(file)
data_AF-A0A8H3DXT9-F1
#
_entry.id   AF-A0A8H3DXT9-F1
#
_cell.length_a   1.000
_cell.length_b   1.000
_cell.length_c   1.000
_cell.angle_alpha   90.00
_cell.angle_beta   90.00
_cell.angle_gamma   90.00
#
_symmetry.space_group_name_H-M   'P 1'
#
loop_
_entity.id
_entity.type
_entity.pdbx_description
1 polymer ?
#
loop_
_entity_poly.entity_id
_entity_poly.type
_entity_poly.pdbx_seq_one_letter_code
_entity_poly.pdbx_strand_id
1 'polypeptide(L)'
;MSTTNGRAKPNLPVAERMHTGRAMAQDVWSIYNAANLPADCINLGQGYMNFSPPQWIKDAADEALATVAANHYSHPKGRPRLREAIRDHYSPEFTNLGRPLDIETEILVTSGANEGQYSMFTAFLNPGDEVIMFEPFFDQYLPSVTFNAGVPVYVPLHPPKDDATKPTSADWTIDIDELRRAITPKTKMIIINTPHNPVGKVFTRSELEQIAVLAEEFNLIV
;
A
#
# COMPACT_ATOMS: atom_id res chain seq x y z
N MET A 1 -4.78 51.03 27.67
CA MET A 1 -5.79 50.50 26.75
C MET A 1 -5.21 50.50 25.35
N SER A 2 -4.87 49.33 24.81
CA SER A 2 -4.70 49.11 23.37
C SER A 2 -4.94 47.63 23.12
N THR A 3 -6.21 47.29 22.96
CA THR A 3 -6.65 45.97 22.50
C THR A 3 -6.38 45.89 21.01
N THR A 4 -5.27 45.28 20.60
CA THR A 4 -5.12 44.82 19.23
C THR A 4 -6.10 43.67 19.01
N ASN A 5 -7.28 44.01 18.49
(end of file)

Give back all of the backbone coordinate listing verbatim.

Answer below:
data_AF-A0A8H3DXT9-F1
#
_entry.id   AF-A0A8H3DXT9-F1
#
_cell.length_a   1.000
_cell.length_b   1.000
_cell.length_c   1.000
_cell.angle_alpha   90.00
_cell.angle_beta   90.00
_cell.angle_gamma   90.00
#
_symmetry.space_group_name_H-M   'P 1'
#
loop_
_entity.id
_entity.type
_entity.pdbx_description
1 polymer ?
#
loop_
_entity_poly.entity_id
_entity_poly.type
_entity_poly.pdbx_seq_one_letter_code
_entity_poly.pdbx_strand_id
1 'polypeptide(L)'
;MSTTNGRAKPNLPVAERMHTGRAMAQDVWSIYNAANLPADCINLGQGYMNFSPPQWIKDAADEALATVAANHYSHPKGRPRLREAIRDHYSPEFTNLGRPLDIETEILVTSGANEGQYSMFTAFLNPGDEVIMFEPFFDQYLPSVTFNAGVPVYVPLHPPKDDATKPTSADWTIDIDELRRAITPKTKMIIINTPHNPVGKVFTRSELEQIAVLAEEFNLIV
;
A
#
# COMPACT_ATOMS: atom_id res chain seq x y z
N MET A 1 -4.78 51.03 27.67
CA MET A 1 -5.79 50.50 26.75
C MET A 1 -5.21 50.50 25.35
N SER A 2 -4.87 49.33 24.81
CA SER A 2 -4.70 49.11 23.37
C SER A 2 -4.94 47.63 23.12
N THR A 3 -6.21 47.29 22.96
CA THR A 3 -6.65 45.97 22.50
C THR A 3 -6.38 45.89 21.01
N THR A 4 -5.27 45.28 20.60
CA THR A 4 -5.12 44.82 19.23
C THR A 4 -6.10 43.67 19.01
N ASN A 5 -7.28 44.01 18.49